4 Things You Can Do to Lower Your Audit Risk

4 simple ways you can lower the chance that you will be audited by the IRS

The information in this article is up to date through tax year 2019 (taxes filed in 2020). 

The IRS performs a certain number of audits a year, and there is no foolproof way to guarantee you will never be audited. However, there are some simple ways to be careful during tax preparation and stay off the radar. Here are the top four things you can do to avoid an audit.

Use exact numbers – not rounded ones

Nothing is quite as enticing to the Internal Revenue Service as shoddy math and round numbers. Generally, people are tempted to round out numbers to make calculations simpler. But when you file with TaxSlayer, the software does the math for you. As long as you enter your dollar amounts correctly, your return is guaranteed to be 100% accurate. 

Be consistent

If the numbers you are reporting on your tax return don’t match what is on your W2 tax or 1099 form, then that sets off a red flag. Be careful when copying over amounts during tax preparation. 

Keep good expense records

If you have a small business (or you are self-employed) and you report a loss on your Schedule C, this may attract the attention of the IRS. There are plenty of legitimate losses in the business world. Just remember to keep records to justify your claimed expenses. It is easy to abuse business deductions in general, and the IRS knows it. If you are going to write off the cost of a purchase, a meal, mileage, etc. and not be flagged for it, then your expense must be ordinary and necessary to your business.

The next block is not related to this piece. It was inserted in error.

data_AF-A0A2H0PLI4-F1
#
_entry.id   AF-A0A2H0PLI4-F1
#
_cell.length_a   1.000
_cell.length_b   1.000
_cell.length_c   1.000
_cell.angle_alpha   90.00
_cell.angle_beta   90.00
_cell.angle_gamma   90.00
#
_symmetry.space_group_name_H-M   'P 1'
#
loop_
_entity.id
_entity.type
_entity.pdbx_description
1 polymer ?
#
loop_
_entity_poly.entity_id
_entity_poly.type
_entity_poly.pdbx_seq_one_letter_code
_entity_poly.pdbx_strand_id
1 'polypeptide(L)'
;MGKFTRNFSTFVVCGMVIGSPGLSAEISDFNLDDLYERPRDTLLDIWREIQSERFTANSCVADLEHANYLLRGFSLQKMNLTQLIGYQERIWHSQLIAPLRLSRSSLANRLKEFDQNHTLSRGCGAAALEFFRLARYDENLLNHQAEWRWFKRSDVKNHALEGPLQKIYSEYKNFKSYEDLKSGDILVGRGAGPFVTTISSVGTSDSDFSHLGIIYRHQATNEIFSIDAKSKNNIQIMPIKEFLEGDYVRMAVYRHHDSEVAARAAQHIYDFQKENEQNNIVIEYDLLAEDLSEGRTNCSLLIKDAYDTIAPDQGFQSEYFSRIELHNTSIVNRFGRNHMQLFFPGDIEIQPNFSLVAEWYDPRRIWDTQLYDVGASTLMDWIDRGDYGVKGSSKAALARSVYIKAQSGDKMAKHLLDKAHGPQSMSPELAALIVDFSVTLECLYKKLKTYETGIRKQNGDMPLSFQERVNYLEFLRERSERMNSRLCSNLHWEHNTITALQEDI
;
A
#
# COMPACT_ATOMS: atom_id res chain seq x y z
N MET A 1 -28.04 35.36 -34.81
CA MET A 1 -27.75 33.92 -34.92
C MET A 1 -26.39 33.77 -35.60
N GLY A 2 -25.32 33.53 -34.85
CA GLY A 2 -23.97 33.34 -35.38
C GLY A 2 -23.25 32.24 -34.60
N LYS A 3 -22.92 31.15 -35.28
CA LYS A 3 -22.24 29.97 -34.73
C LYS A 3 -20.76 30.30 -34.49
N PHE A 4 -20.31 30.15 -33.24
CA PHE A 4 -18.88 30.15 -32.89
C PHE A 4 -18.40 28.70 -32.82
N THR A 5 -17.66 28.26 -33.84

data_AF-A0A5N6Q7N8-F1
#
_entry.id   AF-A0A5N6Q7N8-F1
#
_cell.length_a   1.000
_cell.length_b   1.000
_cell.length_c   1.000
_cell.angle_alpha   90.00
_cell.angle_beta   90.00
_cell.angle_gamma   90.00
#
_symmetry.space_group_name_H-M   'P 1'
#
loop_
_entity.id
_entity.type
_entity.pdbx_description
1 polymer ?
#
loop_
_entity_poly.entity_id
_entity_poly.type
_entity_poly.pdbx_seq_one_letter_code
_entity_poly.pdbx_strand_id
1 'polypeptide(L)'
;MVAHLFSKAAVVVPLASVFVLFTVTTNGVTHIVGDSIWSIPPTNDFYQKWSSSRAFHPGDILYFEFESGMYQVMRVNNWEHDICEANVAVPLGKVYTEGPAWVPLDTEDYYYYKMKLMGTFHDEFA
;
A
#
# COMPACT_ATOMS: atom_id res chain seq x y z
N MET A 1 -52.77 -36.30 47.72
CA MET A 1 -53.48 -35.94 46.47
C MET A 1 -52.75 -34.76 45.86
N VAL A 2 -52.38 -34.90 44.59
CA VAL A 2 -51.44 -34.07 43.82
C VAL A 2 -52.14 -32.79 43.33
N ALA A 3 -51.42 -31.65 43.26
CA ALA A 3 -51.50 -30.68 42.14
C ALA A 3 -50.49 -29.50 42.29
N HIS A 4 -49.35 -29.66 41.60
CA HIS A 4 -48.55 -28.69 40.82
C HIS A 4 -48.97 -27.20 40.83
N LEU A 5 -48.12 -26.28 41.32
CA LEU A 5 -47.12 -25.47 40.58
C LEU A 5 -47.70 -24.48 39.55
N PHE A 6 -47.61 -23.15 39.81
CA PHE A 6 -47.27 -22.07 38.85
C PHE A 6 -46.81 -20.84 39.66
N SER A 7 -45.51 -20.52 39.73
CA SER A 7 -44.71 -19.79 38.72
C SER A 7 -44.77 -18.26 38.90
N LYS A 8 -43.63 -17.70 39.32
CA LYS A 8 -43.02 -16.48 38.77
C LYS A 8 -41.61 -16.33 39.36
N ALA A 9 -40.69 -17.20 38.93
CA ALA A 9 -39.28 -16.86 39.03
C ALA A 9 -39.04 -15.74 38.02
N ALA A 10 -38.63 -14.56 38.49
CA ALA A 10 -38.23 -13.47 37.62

Follow the rules for deducting a home office

Many people – especially those with a side gig or small business – will take a deduction for expenses related to their home office. Taking this deduction makes you slightly more likely to be audited because many people will claim it unfairly. To ensure you are eligible, make sure that your home office and equipment are not used for anything other than legitimate business needs. Read the full rules for claiming the home office here

This article is intended to provide general information to the public and does not provide personalized tax, investment, legal, or business advice. You should seek the assistance of a professional for advice on taxes, investments, and any other financial, legal, or business matter pertinent to your individual situation.

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